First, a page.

January 17, 2015  
Monterey Herald, Monterey, California

Guest Commentary

Ratepayers are shouldering the burden

By Bill Hood

Over the past few years, numerous commentaries/letters published in Peninsula newspapers, including some of my own, have provided a wide range of perspectives on the area's continuing water supply dilemma. I now believe that, no matter by whom or how well written, these communications don't gain any real traction.

Perhaps it's because the issue is very complex, tied up as it is with meteorology, hydrogeology, a complicated water rights environment, special interests and, of course, politics. Add the fact that many contributors fail to recognize their messages are lost in a maze of data, references, their version of history, and so on.

So, if I am to write yet one more commentary on water, I need a new tack one that I hope everybody can understand no historical details, no data, just the bottom line.

Consider:

1. Has Cal Am suffered from its well-known failures and even negligence? No, it has never suffered, thanks to the state Public Utilities Commission (PUC). As a result, they have little, if any, motivation to change course in any way. Who, then, does suffer? Ratepayers.

2. Politicians on the Peninsula and county have abdicated their leadership roles by failing to take a stand to protect the interest of their constituents. Who suffers? Ratepayers.

3, The PUC has routinely approved Cal Am's rate increase applications, even when the facts and hearing records don't support it. Who suffers? Ratepayers, big time.

4. Have politicians suffered if they supported Cal Am instead of the best interests of their constituents? With few exceptions, no. All of the mayors who have supported Cal Am that ran for re-election, won. Who suffers? Ratepayers.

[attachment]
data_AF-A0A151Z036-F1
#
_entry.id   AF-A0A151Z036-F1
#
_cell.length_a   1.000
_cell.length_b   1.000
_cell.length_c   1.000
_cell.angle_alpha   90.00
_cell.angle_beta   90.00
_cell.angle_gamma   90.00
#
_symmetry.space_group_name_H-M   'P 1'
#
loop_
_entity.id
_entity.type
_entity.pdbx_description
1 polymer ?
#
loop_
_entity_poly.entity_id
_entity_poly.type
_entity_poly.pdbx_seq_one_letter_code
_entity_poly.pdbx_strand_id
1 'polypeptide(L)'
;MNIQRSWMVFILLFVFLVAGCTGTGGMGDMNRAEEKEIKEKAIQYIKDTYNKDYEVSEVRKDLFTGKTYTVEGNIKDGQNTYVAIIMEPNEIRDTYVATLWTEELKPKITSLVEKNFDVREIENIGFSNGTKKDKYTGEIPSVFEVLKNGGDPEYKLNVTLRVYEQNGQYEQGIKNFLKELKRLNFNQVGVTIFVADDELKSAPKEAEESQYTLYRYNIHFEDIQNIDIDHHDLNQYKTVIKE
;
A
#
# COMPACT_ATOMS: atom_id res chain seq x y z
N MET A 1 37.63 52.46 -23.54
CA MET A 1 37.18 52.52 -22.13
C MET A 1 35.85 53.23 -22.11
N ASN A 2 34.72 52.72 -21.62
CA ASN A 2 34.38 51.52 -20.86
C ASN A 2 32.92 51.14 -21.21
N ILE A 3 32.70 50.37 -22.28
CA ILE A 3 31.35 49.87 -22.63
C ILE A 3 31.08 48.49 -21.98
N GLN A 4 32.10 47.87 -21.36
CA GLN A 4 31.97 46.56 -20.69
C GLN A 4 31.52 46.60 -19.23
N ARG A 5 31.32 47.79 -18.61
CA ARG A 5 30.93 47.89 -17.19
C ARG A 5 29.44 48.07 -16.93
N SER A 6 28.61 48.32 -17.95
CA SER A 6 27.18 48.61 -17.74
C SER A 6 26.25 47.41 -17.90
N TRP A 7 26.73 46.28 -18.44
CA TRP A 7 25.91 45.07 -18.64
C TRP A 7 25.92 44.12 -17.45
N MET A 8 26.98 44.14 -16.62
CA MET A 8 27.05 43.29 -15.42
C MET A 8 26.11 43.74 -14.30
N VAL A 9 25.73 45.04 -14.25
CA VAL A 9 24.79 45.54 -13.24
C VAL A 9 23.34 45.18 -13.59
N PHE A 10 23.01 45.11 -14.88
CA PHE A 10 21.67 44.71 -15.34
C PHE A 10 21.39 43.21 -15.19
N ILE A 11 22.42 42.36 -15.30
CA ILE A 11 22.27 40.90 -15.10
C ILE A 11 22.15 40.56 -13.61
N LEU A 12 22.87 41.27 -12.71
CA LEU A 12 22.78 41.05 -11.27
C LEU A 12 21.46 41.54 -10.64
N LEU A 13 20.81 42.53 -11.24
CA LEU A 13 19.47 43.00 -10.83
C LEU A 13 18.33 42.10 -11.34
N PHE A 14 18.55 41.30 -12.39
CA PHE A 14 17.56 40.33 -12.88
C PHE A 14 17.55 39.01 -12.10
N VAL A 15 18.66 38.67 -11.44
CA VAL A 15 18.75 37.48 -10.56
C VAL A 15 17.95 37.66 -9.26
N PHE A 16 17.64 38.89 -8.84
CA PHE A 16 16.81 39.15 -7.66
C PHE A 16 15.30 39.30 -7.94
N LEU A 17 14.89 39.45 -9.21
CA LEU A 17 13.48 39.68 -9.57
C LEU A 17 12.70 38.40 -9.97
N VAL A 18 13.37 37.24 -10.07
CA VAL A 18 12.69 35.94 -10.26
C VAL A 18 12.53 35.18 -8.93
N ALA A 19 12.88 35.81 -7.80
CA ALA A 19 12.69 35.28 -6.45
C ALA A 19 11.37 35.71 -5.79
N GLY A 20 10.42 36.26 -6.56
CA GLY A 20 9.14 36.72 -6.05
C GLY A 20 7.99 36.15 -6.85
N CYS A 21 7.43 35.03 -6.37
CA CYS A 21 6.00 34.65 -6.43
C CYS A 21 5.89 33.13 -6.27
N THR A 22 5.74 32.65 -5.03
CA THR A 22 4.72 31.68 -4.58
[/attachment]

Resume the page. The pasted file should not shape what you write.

5. Can any of the various water agencies in the county point to significant positive results in solving the water crisis? No. Look at the failed Regional Desal Project, the low "money spent/results obtained" ratio of the mayors' JPA, and the water district and county water agency who talk a lot. So who suffers? Ratepayers and taxpayers as well.

Given all of the above, the following conclusion follows and indicts all of the above: Cal Am will not meet the 2017 cease-and-desist order (CDO) to get off the Carmel River. The politicians' focus has not been on forcing Cal Am to meet the deadline, but rather to seek modification of the order. The modification currently discussed would only reduce the extent of Cal Am's violation. Therefore, who benefits? Cal Am. Who suffers? Ratepayers, particularly if the PUC allows Cal Am to recover fines levied because of its violation of the order. The process for that to happen is already in existence.

Cal Am and all others involved (read individual politicians and their respective government entities) are the ones who should also suffer, not the ratepayers.

Therefore, all concerned ratepayers and constituents should come together to work for the following result:

1. The CDO should not be modified or rescinded. Cal Am should be forced to accumulate and pay maximum daily fines for as long as they are in violation.

2. The PUC must be directed, from all levels of state and local government, to disapprove and disallow any or all accounts from which Cal Am could recover such costs/fines from ratepayers.

3. All elected officials who refuse to stand up when circumstances require for their ratepayers, should be targeted for defeat at the polls, or even recall.

Such a result would, for a change, direct the suffering to those who caused it.

Bill Hood is the former executive director of AMBAG. He lives in Carmel.

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